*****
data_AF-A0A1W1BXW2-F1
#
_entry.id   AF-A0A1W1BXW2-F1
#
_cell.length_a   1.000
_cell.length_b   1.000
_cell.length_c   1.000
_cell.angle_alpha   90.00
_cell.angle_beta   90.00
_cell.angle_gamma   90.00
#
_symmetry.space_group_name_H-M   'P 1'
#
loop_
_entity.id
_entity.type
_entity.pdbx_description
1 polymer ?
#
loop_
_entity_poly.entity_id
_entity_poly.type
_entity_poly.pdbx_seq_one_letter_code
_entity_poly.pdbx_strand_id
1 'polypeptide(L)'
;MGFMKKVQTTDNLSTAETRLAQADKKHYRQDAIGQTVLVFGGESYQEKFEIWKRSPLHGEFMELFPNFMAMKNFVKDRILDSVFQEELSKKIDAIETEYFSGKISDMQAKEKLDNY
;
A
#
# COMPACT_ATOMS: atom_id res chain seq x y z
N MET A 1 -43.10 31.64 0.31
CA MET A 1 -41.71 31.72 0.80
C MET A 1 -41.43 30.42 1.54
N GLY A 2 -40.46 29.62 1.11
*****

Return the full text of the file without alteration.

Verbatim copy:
data_AF-A0A1W1BXW2-F1
#
_entry.id   AF-A0A1W1BXW2-F1
#
_cell.length_a   1.000
_cell.length_b   1.000
_cell.length_c   1.000
_cell.angle_alpha   90.00
_cell.angle_beta   90.00
_cell.angle_gamma   90.00
#
_symmetry.space_group_name_H-M   'P 1'
#
loop_
_entity.id
_entity.type
_entity.pdbx_description
1 polymer ?
#
loop_
_entity_poly.entity_id
_entity_poly.type
_entity_poly.pdbx_seq_one_letter_code
_entity_poly.pdbx_strand_id
1 'polypeptide(L)'
;MGFMKKVQTTDNLSTAETRLAQADKKHYRQDAIGQTVLVFGGESYQEKFEIWKRSPLHGEFMELFPNFMAMKNFVKDRILDSVFQEELSKKIDAIETEYFSGKISDMQAKEKLDNY
;
A
#
# COMPACT_ATOMS: atom_id res chain seq x y z
N MET A 1 -43.10 31.64 0.31
CA MET A 1 -41.71 31.72 0.80
C MET A 1 -41.43 30.42 1.54
N GLY A 2 -40.46 29.62 1.11